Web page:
I like having a tv in the UK because there are actually programs worth watching once in awhile here.. my tv was pretty much useless in the US.

The Apple is going to stick with me for a long, long time. The films are so powerful, poetic, and visually captivating.. so much so that they've been affecting my dreams for the last few nights.

I think it worked well on the small screen.
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On May 11th, 2005 05:31 am (UTC), cnwb commented:
A couple of years ago, the Melbourne International Film Festival held a retrospective on Abbas Kiarostami. I booked myself in to a few sessions, one of which was Homework, a 1987 film about Iranian schoolchildren. I took my usual position in the theatre, about a third of the way from the front, and slightly off centre. I knew I'd chosen a good aisle when Mr. Kiarostami himself sat at the end of it.

The film began with children conversing in the street, but there were no subtitles. Everyone figured the subtitles would kick in soon, but after 10 minutes the films stopped and the house lights came on. The director of the festival announced that they'd acquired the wrong print and that patrons would receive a refund. A voice from the audience asked if the film could be played nonetheless, to which the director replied "Mr. Kiarostami himself has requested that the film not be shown".

A friend of mine who worked for the festival told me later, that Kiarostami himself had brought the films over from his private collection, and had overlooked the fact that Australians don't speak Farsi.
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On May 13th, 2005 01:21 am (UTC), nomi replied:
Quite a big oversight. I think the documentary might have actually mentioned something about one of his films being shown without subtitles and it still being a festival favorite. I think it may have been Where Is My Friend's House? If I attend a festival to see a Kiarostami film I'll have to read up on some Farsi.. just in case. ;)
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On May 13th, 2005 12:36 pm (UTC), gulch commented:
Gutted to miss all the Kiarostami films, especially after reading a big article on him in the Guardian Review section recently, but I am really growing to hate TV and can barely bring myself to watch films on it after getting used to our DVD & big screen. I just had a row with our local DVD rental shop too (they've accused me of effectively stealing two films in the last year, and are taking an "if it was just once, we could put it down to being an accident or our error" attitude - even though I distinctly remember returning one of the films and the other one I never even took out, nor would I have wanted to) so I may join Screenselect - except that we're skint and I don't know whether I can justify the expense. Anyway, if we do I expect to see lots more obscure foreign films :)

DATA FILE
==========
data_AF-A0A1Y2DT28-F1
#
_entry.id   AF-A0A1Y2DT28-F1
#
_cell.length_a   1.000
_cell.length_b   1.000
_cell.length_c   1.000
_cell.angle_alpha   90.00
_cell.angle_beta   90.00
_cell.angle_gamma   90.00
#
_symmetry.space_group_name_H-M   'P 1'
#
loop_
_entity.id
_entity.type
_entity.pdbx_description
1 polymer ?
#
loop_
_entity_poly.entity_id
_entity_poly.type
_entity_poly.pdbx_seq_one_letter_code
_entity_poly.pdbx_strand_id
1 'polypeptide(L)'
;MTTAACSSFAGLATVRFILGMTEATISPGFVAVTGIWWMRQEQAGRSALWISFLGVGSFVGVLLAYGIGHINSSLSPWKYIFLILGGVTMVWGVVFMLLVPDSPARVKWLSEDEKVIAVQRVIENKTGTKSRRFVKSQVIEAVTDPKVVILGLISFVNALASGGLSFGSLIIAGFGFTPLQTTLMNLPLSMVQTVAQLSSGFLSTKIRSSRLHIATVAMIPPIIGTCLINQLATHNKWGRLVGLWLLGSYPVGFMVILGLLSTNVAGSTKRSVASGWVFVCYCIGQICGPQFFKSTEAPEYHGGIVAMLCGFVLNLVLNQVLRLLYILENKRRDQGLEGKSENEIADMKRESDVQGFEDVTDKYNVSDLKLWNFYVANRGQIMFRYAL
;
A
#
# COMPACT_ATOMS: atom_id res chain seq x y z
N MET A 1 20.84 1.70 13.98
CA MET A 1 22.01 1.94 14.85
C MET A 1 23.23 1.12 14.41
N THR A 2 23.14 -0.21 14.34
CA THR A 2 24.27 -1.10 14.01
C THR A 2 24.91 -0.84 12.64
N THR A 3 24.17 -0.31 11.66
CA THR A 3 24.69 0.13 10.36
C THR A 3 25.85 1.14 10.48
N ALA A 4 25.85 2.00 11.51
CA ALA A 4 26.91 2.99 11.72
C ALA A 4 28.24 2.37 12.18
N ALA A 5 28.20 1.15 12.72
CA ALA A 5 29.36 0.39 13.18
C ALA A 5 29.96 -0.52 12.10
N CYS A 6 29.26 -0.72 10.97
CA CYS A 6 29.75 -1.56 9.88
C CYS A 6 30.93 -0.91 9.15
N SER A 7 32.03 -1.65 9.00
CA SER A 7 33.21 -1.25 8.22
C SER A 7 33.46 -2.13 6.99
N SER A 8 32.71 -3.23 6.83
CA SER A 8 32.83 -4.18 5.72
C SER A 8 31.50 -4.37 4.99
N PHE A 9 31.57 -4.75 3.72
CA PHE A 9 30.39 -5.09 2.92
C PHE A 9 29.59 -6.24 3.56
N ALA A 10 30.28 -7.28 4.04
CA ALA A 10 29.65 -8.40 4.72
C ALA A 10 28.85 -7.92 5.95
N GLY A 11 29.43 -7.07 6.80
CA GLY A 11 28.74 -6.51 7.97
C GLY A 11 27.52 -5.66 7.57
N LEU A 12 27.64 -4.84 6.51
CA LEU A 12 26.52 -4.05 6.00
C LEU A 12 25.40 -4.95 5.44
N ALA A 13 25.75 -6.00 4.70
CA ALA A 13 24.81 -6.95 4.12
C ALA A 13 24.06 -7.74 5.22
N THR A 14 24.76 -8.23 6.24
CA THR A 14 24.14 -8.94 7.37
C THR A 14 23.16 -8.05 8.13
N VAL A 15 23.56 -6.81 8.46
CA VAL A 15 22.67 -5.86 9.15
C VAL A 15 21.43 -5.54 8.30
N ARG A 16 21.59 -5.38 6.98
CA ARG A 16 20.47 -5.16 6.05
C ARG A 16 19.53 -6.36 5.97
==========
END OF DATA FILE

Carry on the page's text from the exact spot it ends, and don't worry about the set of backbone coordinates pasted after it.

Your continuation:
I came out liking Northern Renaissance art, and average on everything except intellect which was high (but I kept confusing which end of the spectrum was agree and which was disagree, so I'm sure I answered some questions wrongly - how intellectual is that???)
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On May 19th, 2005 02:18 pm (UTC), nomi replied:
I'll have to search for that Guardian article about Kiarostami.

I don't mind watching films on tv. Often BBC4 and CH4 play films that I wouldn't have normally sought out and it forces me to sit down and watch a film. I have such a huge stack of DVDs to get through because I haven't made time for them recently.

We've had Screenselect for a year and it's worked out well.. they've always been efficient and reliable (plus a good selection of obscure foreign films). We had about 3-4 DVDs go missing in the post, but they haven't cut off our service or given us any trouble about it. The only problem we have is finding time to watch all the DVDs, which isn't exactly a problem per se. :)

I was kind of surprised I didn't receive "low emotional intelligence" i.e. Not Balanced At All, but hey, no test is perfect. ;)

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On May 23rd, 2005 07:33 am (UTC), gulch replied:
Yeah, I don't really mind watching films on TV - it just doesn't feel quite so special as watching them on the big screen, so sometimes my mind wanders, but I do still do it if there's a worthwhile film on (re-watched the Fog of War last week).

My worry about joining Screenselect is that we won't end up watching enough DVDs to make it seem worth the money - although we were watching 2 or 3 a week not very long ago, now we seem to see only about 2 a month.

I think my emotional intelligence was probably borderline low as well.